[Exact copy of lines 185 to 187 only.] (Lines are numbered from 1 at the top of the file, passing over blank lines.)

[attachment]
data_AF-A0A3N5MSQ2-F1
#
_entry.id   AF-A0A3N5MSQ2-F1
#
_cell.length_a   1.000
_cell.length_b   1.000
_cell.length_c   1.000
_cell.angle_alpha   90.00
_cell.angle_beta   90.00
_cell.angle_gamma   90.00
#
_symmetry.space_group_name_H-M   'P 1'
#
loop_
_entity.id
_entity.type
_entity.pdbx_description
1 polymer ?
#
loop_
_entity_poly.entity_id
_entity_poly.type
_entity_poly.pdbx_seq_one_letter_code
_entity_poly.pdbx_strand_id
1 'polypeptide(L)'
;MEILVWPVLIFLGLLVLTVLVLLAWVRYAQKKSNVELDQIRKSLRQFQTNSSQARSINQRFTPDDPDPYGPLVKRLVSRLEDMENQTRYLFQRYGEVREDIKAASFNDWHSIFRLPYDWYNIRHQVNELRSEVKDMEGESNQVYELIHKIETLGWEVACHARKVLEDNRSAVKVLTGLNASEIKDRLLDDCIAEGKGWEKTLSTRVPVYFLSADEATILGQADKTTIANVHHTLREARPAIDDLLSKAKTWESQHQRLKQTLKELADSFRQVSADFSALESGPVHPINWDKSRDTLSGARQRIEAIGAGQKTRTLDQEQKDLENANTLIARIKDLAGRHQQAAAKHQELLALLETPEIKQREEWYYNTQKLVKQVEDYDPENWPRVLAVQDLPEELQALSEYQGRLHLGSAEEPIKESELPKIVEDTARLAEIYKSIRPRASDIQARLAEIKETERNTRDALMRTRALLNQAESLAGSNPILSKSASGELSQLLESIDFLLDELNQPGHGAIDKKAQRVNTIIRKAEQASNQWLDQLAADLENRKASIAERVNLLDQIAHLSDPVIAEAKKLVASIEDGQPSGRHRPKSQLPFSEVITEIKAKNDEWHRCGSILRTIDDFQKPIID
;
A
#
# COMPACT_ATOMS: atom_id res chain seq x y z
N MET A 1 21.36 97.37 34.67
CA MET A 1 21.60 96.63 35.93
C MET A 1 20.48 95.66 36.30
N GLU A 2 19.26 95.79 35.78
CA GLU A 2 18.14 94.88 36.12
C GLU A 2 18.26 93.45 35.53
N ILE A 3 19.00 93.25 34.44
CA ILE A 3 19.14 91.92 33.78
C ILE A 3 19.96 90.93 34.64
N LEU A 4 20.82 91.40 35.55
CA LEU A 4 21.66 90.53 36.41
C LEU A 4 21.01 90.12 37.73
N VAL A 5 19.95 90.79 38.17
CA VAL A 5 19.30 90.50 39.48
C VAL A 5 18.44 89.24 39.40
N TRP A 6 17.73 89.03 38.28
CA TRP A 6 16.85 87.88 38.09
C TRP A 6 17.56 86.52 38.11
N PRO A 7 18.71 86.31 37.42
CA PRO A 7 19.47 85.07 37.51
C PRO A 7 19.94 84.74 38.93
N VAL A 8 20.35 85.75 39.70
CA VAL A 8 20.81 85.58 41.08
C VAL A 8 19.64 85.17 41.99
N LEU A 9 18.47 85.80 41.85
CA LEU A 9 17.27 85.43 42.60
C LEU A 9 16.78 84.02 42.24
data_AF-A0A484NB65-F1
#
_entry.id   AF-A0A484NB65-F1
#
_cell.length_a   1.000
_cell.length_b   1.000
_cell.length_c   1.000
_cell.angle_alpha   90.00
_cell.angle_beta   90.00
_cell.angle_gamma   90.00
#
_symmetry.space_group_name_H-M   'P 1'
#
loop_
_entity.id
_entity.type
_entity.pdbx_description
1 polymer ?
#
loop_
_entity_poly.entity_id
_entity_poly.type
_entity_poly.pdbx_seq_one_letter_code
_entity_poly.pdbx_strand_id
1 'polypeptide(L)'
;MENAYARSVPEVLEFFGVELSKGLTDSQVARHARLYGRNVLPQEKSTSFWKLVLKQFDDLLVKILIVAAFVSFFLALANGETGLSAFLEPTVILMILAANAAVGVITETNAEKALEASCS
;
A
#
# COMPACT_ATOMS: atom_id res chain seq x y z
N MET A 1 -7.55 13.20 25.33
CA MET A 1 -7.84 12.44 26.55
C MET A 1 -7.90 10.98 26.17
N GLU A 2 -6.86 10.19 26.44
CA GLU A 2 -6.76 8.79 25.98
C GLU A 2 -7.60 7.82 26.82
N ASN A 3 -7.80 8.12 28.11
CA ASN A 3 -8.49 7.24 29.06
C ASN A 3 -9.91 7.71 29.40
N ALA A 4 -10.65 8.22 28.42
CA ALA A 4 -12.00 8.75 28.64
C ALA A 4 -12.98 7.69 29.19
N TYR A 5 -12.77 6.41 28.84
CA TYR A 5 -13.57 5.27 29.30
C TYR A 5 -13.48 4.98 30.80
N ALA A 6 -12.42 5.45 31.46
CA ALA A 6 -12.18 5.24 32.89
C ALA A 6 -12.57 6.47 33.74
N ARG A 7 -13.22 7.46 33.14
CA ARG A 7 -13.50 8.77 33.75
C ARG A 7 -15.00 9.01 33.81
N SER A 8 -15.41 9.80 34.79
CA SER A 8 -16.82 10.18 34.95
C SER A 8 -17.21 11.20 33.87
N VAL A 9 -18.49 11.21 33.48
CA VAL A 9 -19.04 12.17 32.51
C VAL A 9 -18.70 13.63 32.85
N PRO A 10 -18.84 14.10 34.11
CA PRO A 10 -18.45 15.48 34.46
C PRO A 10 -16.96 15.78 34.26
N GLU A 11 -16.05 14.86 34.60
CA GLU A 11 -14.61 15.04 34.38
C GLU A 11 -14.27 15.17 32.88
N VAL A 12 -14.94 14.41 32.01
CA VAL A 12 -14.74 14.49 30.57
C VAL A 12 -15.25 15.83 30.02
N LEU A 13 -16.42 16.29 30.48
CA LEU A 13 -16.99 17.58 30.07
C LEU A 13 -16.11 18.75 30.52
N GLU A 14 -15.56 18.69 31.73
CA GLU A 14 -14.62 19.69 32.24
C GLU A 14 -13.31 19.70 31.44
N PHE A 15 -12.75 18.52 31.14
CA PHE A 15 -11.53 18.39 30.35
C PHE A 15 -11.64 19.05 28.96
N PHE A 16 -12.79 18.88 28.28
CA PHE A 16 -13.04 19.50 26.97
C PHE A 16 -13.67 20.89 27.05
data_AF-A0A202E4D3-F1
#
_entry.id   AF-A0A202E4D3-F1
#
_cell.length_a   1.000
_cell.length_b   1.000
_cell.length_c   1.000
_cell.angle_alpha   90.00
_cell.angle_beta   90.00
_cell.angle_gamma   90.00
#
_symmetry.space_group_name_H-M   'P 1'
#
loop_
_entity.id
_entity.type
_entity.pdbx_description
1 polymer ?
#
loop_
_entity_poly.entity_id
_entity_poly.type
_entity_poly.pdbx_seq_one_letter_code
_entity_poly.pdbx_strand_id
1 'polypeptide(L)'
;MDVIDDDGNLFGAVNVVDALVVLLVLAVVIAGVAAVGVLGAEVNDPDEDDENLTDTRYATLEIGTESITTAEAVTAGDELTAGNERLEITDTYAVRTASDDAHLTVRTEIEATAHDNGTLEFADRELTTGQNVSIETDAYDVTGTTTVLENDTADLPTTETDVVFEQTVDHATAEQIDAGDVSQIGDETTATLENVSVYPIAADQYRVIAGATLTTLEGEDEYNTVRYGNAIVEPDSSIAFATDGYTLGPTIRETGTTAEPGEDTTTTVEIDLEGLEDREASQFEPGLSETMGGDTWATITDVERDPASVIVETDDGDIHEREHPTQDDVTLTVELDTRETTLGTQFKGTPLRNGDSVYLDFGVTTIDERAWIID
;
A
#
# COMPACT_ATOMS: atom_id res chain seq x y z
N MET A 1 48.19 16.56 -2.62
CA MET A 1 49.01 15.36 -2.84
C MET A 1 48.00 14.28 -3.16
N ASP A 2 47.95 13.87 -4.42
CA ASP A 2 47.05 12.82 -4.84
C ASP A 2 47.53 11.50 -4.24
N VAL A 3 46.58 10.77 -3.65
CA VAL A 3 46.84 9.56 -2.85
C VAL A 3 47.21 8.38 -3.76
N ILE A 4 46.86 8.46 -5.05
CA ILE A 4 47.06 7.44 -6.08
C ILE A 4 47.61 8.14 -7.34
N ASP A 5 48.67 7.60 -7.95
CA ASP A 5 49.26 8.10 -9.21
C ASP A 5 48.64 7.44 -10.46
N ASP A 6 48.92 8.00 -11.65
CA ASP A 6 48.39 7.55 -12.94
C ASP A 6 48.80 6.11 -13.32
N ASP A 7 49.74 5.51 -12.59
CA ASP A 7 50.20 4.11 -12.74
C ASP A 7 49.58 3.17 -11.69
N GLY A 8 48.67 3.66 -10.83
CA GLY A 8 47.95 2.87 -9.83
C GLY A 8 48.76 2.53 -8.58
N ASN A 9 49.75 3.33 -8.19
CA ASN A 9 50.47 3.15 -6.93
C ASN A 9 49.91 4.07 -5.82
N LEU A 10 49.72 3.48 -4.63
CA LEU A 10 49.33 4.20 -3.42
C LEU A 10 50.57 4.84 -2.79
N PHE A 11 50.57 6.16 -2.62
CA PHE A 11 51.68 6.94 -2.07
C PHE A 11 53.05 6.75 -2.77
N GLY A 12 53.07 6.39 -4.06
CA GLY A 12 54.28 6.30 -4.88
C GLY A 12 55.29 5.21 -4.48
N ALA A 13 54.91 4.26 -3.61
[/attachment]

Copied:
CA ASP A 7 50.20 4.11 -12.74
C ASP A 7 49.58 3.17 -11.69
N GLY A 8 48.67 3.66 -10.83